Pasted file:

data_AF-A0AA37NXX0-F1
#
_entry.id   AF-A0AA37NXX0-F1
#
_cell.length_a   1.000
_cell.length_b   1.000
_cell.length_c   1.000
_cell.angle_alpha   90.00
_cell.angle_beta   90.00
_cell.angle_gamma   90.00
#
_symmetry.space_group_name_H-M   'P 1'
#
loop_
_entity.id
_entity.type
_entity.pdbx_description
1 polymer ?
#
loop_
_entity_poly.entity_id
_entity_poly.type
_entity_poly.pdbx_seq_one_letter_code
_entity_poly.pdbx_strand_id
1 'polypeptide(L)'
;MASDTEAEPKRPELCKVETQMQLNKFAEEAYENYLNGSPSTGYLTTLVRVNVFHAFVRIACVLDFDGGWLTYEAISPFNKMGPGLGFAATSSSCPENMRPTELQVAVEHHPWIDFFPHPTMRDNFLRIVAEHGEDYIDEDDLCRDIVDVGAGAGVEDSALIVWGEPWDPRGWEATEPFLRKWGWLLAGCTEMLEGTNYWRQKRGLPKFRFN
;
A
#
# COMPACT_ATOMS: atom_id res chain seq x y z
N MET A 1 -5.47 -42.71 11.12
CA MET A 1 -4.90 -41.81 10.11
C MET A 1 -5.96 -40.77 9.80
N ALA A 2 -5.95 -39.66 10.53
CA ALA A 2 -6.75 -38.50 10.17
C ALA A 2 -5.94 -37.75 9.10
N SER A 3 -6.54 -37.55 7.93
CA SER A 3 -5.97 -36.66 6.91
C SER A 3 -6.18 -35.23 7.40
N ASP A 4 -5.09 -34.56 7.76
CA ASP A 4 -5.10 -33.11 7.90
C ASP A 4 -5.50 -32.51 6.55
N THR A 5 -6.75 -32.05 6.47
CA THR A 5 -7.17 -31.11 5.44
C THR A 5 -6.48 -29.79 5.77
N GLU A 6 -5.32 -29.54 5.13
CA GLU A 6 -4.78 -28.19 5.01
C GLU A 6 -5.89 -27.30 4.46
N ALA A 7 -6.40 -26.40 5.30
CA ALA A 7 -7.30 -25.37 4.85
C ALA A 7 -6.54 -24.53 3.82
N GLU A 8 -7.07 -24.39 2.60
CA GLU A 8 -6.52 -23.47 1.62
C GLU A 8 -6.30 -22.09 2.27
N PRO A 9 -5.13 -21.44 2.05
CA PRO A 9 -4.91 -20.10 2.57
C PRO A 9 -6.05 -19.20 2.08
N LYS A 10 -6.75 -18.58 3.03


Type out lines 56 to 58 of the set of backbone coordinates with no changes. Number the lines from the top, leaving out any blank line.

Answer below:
CA PRO A 9 -4.91 -20.10 2.57
C PRO A 9 -6.05 -19.20 2.08
N LYS A 10 -6.75 -18.58 3.03